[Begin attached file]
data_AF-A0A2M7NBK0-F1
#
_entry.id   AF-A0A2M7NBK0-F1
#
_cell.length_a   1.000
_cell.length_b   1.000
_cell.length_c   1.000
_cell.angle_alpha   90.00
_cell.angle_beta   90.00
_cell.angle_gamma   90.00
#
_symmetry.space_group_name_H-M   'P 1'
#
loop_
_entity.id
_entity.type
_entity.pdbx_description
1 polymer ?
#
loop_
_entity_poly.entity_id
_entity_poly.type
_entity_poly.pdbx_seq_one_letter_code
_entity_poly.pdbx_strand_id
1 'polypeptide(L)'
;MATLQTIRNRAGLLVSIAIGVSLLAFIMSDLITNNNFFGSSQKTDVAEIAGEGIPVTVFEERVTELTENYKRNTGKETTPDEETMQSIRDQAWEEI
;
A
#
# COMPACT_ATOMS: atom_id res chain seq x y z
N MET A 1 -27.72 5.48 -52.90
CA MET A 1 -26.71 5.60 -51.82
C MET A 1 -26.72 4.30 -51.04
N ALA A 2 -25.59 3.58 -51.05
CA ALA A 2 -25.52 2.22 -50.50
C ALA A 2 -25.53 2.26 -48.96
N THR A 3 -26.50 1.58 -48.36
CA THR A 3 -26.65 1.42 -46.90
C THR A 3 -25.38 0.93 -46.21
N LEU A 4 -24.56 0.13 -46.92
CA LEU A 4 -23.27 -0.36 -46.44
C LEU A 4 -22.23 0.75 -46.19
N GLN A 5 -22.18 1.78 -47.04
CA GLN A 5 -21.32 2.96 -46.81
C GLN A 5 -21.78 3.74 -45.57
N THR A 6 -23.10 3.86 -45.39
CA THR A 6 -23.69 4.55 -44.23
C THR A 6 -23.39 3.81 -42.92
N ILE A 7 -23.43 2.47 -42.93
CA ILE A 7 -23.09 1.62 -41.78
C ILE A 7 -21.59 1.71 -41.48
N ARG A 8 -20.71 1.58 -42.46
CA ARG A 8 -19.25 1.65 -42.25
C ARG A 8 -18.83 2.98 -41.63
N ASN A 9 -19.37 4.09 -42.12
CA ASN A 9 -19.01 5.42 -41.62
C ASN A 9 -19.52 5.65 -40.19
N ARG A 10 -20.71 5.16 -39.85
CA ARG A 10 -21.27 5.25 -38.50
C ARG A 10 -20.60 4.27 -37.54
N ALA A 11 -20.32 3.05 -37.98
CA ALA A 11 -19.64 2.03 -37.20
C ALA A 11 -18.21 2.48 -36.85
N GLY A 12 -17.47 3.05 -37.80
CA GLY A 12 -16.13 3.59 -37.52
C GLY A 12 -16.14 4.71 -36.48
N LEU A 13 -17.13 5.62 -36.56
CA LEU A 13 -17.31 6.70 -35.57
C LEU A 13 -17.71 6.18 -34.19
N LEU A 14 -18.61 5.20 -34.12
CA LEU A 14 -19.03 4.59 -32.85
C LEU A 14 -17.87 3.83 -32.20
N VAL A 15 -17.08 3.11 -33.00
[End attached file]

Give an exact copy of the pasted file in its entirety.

data_AF-A0A2M7NBK0-F1
#
_entry.id   AF-A0A2M7NBK0-F1
#
_cell.length_a   1.000
_cell.length_b   1.000
_cell.length_c   1.000
_cell.angle_alpha   90.00
_cell.angle_beta   90.00
_cell.angle_gamma   90.00
#
_symmetry.space_group_name_H-M   'P 1'
#
loop_
_entity.id
_entity.type
_entity.pdbx_description
1 polymer ?
#
loop_
_entity_poly.entity_id
_entity_poly.type
_entity_poly.pdbx_seq_one_letter_code
_entity_poly.pdbx_strand_id
1 'polypeptide(L)'
;MATLQTIRNRAGLLVSIAIGVSLLAFIMSDLITNNNFFGSSQKTDVAEIAGEGIPVTVFEERVTELTENYKRNTGKETTPDEETMQSIRDQAWEEI
;
A
#
# COMPACT_ATOMS: atom_id res chain seq x y z
N MET A 1 -27.72 5.48 -52.90
CA MET A 1 -26.71 5.60 -51.82
C MET A 1 -26.72 4.30 -51.04
N ALA A 2 -25.59 3.58 -51.05
CA ALA A 2 -25.52 2.22 -50.50
C ALA A 2 -25.53 2.26 -48.96
N THR A 3 -26.50 1.58 -48.36
CA THR A 3 -26.65 1.42 -46.90
C THR A 3 -25.38 0.93 -46.21
N LEU A 4 -24.56 0.13 -46.92
CA LEU A 4 -23.27 -0.36 -46.44
C LEU A 4 -22.23 0.75 -46.19
N GLN A 5 -22.18 1.78 -47.04
CA GLN A 5 -21.32 2.96 -46.81
C GLN A 5 -21.78 3.74 -45.57
N THR A 6 -23.10 3.86 -45.39
CA THR A 6 -23.69 4.55 -44.23
C THR A 6 -23.39 3.81 -42.92
N ILE A 7 -23.43 2.47 -42.93
CA ILE A 7 -23.09 1.62 -41.78
C ILE A 7 -21.59 1.71 -41.48
N ARG A 8 -20.71 1.58 -42.46
CA ARG A 8 -19.25 1.65 -42.25
C ARG A 8 -18.83 2.98 -41.63
N ASN A 9 -19.37 4.09 -42.12
CA ASN A 9 -19.01 5.42 -41.62
C ASN A 9 -19.52 5.65 -40.19
N ARG A 10 -20.71 5.16 -39.85
CA ARG A 10 -21.27 5.25 -38.50
C ARG A 10 -20.60 4.27 -37.54
N ALA A 11 -20.32 3.05 -37.98
CA ALA A 11 -19.64 2.03 -37.20
C ALA A 11 -18.21 2.48 -36.85
N GLY A 12 -17.47 3.05 -37.80
CA GLY A 12 -16.13 3.59 -37.52
C GLY A 12 -16.14 4.71 -36.48
N LEU A 13 -17.13 5.62 -36.56
CA LEU A 13 -17.31 6.70 -35.57
C LEU A 13 -17.71 6.18 -34.19
N LEU A 14 -18.61 5.20 -34.12
CA LEU A 14 -19.03 4.59 -32.85
C LEU A 14 -17.87 3.83 -32.20
N VAL A 15 -17.08 3.11 -33.00